Former Pentagon policy analyst Paul Scharre discusses global power and AI in his upcoming book.
He writes that Marines trained the Pentagon's Defense Advanced Research Projects Agency's robots.
The robots, trained to identify humans, were fooled by Marines doing somersaults and hiding in boxes.
The state-of-the-art robots used by the Pentagon had an easily manipulated weakness, according to an upcoming book by a former policy analyst: Though they're trained to identify human targets, the bots are easily fooled with the most lackluster of disguises.
In his upcoming book, "Four Battlegrounds: Power in the Age of Artificial Intelligence," former Pentagon policy analyst and Army veteran Paul Scharre writes that the Defense Advanced Research Projects Agency (DARPA) team trained its robots with a team of Marines for six days to improve its artificial intelligence systems.
Shashank Josi, defense editor at The Economist, posted several excerpts from Scharre's book on Twitter. In the passages, Scharre details how, at the end of their training course, the Marines devised a game to test the DARPA robot's intelligence.
Eight Marines placed the robot in the center of a traffic circle and found creative ways to approach it, aiming to get close enough to touch the robot without being detected.
Two of the Marines did somersaults for 300 meters. Two more hid under a cardboard box, giggling the entire time. Another took branches from a fir tree and walked along, grinning from ear to ear while pretending to be a tree, according to sources from Scharre's book.
Not one of the eight was detected.
"The AI had been trained to detect humans walking," Scharre wrote. "Not humans somersaulting, hiding in a cardboard box, or disguised as a tree. So these simple tricks, which a human would have easily seen through, were sufficient to break the algorithm."
Though it is unclear when the exercises in Scharre's book took place, or what improvements have been made to the systems since, DARPA robots' antics have long faced obstacles to their performance, including poor balance and concerns over their potential to cause accidental killings due to AI behaving in unpredictable ways.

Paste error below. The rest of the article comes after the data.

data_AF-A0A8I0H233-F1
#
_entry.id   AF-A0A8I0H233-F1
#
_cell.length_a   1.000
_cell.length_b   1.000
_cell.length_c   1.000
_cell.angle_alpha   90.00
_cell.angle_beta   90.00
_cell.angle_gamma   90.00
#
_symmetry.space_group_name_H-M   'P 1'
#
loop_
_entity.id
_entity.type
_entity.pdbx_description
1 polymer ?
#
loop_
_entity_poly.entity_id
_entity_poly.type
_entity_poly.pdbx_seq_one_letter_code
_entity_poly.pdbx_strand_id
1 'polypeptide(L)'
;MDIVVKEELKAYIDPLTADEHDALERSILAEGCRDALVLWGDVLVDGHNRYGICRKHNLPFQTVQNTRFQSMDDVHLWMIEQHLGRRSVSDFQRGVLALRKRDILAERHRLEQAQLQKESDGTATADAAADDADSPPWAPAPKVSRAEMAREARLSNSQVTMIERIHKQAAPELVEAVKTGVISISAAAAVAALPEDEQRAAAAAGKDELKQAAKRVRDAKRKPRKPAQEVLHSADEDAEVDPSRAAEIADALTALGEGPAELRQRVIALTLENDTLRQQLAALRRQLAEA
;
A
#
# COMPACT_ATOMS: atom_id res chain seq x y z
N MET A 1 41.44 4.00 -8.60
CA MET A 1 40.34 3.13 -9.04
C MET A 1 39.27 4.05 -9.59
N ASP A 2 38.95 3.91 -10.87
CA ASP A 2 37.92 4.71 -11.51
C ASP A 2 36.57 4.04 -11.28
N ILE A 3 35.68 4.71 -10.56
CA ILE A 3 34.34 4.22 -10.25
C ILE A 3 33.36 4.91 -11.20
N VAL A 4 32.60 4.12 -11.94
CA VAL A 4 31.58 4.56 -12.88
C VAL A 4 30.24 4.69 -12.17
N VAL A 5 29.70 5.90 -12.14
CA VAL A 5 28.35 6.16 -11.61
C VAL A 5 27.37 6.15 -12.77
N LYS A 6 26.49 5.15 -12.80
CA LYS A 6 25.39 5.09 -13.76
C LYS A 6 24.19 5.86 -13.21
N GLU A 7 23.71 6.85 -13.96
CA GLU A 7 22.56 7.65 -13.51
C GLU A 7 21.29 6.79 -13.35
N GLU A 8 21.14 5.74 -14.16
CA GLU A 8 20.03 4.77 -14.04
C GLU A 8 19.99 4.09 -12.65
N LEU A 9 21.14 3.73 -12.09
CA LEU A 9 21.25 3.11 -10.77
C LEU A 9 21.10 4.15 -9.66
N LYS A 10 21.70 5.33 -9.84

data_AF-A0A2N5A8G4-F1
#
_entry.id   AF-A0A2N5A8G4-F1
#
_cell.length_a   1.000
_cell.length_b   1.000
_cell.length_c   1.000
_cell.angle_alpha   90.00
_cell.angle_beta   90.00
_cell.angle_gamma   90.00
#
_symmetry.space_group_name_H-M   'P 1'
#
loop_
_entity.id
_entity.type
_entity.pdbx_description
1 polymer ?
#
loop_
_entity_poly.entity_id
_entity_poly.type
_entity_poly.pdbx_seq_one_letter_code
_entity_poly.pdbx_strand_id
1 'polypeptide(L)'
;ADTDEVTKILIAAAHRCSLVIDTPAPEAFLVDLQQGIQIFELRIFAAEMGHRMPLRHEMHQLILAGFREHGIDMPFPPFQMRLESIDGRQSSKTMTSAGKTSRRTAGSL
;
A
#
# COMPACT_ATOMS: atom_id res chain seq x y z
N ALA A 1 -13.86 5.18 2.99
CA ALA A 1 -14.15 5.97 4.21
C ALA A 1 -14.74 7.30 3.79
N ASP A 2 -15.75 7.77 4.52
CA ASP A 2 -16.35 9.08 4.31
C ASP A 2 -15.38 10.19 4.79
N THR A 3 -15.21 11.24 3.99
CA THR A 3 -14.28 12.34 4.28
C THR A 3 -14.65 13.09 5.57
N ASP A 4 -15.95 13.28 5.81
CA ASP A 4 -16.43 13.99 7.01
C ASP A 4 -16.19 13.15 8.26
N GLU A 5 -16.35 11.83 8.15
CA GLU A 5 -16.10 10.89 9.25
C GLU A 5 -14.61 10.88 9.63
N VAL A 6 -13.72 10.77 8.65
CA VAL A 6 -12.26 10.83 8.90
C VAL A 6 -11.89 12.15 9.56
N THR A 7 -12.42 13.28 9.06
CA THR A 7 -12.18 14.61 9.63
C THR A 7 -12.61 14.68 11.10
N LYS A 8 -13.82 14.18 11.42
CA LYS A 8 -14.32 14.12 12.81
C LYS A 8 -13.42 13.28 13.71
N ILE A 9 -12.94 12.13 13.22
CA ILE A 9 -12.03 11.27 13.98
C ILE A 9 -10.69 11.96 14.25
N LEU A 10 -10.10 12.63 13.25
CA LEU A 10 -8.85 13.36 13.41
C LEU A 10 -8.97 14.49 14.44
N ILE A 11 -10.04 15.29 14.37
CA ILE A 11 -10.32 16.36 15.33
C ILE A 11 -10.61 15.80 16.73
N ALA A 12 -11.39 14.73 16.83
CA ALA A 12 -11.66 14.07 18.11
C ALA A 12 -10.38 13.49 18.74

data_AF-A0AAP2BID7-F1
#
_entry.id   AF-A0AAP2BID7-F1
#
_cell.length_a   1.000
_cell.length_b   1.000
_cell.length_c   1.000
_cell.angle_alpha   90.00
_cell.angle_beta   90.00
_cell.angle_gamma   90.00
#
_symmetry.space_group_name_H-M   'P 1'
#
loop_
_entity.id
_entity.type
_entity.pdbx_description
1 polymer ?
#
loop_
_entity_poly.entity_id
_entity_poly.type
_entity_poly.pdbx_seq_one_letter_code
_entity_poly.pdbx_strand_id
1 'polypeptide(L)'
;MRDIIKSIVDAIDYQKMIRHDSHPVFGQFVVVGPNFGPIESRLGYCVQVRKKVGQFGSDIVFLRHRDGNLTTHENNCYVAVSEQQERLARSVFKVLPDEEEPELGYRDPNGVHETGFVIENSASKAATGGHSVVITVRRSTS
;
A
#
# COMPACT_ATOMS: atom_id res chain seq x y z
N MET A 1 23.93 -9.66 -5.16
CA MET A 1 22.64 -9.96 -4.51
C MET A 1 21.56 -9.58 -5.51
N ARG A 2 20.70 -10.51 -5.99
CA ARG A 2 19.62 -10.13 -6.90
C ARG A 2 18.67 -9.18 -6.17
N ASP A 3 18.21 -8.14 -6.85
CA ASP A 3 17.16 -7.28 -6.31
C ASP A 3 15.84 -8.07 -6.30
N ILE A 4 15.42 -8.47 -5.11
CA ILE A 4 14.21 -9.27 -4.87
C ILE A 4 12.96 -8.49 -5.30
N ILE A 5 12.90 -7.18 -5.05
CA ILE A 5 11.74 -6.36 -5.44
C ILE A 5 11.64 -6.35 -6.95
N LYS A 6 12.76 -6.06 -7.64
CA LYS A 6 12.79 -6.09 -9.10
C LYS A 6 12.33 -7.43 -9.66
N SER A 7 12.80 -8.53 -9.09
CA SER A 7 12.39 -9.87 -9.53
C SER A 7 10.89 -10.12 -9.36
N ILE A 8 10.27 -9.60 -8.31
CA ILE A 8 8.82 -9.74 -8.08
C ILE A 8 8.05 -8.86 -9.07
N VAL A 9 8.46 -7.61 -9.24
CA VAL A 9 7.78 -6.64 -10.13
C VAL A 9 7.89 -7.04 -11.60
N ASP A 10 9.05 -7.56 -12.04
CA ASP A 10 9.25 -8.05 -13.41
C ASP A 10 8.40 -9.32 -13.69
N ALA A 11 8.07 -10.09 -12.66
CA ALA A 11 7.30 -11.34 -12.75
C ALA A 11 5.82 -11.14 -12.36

"The particular experiment this appears to reference, part of our Squad X Core Technologies program, was an early prototype test to improve squads' situational awareness by detecting approaching people," a DARPA spokesperson said in an email to Insider. "In the next experiment, our team demonstrated a detection ability that exceeded expectations in a far more challenging environment. This is the nature of high risk and actively managed programs. We have not read the book but, in general, we are constantly testing and experimenting with new technologies."
The spokesperson added: "There is certainly still much work to be done to advance AI capabilities and we've seen tremendous promise in its national security applications."
Some of the technologies DARPA has recently backed include disease detecting sensors to be injected under the skin, a nuclear-powered rocket that could take humans to Mars, and AI-powered unmanned drone swarms.
Scharre did not immediately respond to Insider's requests for comment. "Four Battlegrounds: Power in the Age of Artificial Intelligence" will be released on February 28.
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